Our 18-month-old daughter is a terribly light sleeper. Even my touching the doorknob of her room can wake her. She seems to sleep better with a noise machine, but we are afraid she will become dependent on it. Should we continue with it? Only use it when really necessary? What can you suggest to help her sleep through noise?
A recent study in the journal Sleep showed that a diligent nighttime routine can help your child sleep better. More than 400 children, including more than 200 infants between one month and 18 months, were studied. Detailed records of the sleep patterns were kept.
Half of the mothers were asked to follow a three-step sleep routine for two weeks.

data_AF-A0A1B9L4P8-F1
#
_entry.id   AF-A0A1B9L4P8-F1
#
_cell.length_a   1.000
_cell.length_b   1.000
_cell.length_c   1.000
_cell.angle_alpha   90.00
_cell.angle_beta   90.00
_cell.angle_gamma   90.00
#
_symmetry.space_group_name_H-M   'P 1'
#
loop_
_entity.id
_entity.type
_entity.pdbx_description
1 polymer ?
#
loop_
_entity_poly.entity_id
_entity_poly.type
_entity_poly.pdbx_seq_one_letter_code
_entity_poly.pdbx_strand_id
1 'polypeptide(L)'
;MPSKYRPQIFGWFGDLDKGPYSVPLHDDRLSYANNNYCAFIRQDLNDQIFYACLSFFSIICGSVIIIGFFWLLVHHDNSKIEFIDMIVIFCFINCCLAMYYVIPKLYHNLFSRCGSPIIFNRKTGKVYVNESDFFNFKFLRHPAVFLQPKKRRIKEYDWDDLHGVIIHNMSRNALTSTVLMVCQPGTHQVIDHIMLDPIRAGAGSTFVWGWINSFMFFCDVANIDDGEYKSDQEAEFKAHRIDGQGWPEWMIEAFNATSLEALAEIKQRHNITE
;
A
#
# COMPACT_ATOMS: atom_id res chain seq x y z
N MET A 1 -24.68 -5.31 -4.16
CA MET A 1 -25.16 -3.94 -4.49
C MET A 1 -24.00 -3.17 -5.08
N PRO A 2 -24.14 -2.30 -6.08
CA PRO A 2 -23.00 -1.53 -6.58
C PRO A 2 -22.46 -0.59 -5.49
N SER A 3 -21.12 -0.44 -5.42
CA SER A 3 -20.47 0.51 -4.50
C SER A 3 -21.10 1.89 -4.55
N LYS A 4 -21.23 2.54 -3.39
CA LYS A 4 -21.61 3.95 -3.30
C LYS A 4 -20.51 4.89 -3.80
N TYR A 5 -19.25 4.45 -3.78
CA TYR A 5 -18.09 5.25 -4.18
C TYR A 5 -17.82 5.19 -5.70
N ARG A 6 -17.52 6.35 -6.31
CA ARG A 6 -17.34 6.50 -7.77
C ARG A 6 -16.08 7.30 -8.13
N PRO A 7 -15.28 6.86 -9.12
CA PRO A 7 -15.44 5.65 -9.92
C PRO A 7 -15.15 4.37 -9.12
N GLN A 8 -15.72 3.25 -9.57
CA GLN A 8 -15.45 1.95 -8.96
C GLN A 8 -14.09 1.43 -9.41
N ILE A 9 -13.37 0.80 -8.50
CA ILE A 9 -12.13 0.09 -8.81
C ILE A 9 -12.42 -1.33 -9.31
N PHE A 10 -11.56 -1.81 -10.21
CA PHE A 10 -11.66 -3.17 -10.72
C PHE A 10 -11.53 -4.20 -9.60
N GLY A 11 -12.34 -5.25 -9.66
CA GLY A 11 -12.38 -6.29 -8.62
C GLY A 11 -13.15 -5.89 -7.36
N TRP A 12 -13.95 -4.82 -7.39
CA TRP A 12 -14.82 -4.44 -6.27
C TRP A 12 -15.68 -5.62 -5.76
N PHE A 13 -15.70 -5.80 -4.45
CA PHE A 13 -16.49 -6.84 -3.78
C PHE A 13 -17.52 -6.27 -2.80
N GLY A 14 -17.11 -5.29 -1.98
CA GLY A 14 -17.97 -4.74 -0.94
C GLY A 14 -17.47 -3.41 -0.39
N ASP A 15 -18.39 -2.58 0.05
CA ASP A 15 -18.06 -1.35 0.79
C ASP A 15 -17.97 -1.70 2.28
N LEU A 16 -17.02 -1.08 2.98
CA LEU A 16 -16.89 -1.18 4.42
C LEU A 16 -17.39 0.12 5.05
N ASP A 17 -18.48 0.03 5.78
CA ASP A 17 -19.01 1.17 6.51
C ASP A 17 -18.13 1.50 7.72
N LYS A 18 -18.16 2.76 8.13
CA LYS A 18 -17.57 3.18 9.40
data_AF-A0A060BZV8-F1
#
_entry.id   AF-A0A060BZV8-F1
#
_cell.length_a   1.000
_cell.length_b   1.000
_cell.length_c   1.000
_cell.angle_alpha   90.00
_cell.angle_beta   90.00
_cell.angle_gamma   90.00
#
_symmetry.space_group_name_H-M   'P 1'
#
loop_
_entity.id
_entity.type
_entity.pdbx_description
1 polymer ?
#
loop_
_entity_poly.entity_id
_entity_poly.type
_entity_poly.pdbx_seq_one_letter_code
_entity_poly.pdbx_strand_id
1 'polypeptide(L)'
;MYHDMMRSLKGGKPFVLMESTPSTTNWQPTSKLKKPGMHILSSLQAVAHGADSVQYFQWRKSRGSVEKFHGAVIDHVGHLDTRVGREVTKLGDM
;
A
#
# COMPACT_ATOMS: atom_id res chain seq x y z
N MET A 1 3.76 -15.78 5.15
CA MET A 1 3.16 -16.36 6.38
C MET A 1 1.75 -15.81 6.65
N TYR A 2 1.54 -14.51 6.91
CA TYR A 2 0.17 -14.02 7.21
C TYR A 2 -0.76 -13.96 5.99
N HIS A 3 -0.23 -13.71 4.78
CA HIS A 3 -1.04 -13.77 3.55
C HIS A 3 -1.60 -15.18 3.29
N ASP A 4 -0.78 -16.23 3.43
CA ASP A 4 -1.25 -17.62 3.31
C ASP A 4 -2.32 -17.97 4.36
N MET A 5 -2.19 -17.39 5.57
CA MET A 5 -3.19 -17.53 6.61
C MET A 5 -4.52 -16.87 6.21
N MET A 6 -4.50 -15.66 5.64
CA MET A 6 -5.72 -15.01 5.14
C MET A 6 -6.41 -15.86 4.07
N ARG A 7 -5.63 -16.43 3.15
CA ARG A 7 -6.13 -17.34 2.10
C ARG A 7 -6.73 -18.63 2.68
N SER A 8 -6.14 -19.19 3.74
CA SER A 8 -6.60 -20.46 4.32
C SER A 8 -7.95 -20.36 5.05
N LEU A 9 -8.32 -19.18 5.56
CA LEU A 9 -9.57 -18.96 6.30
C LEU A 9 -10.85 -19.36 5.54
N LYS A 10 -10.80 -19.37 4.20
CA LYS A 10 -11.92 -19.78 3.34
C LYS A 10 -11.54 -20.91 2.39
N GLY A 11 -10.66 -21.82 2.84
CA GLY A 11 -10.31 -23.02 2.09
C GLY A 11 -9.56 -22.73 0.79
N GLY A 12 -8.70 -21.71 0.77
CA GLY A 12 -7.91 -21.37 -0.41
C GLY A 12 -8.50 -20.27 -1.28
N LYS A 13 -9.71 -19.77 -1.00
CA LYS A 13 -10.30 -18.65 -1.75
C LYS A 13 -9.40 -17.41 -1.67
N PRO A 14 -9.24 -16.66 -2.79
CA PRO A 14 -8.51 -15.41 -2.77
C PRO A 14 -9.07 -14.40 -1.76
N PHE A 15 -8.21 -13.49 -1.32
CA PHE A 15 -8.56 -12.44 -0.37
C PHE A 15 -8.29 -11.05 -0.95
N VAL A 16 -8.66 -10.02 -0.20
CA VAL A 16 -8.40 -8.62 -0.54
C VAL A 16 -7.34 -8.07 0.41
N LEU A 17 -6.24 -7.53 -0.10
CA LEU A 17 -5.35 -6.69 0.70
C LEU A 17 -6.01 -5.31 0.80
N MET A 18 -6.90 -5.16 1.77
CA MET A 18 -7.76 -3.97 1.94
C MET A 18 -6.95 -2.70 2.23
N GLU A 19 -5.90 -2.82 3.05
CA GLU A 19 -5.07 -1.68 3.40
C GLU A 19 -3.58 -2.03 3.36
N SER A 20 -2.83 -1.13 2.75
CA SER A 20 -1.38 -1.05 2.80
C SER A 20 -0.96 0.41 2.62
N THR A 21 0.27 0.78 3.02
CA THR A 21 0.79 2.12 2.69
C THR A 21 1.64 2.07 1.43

Step 1: Give the child a bath.
Step 2: Massage infants or apply lotion to toddlers.
Step 3: Involve the child in quiet activities (such as cuddling or singing a lullaby).
The lights were to be turned out within 30 minutes of the bath ending. This routine of establishing an approach to sleep resulted in children falling asleep faster, and experiencing fewer and shorter night wakings.
In the toddler group there was less of a likelihood that they would call out or get out of the crib or bed. According to the study, the length of a continuous sleep increased from 6.9 hours to 8.5 hours and for toddlers it went from 8 to 8.9 hours.
As far as the use of a noise machine, it is fine to continue with its use. There is little risk of dependence. If problems persist, do see your doctor and discuss the possibility of referral to a sleep specialist. For more information, visit sleepeducation.com.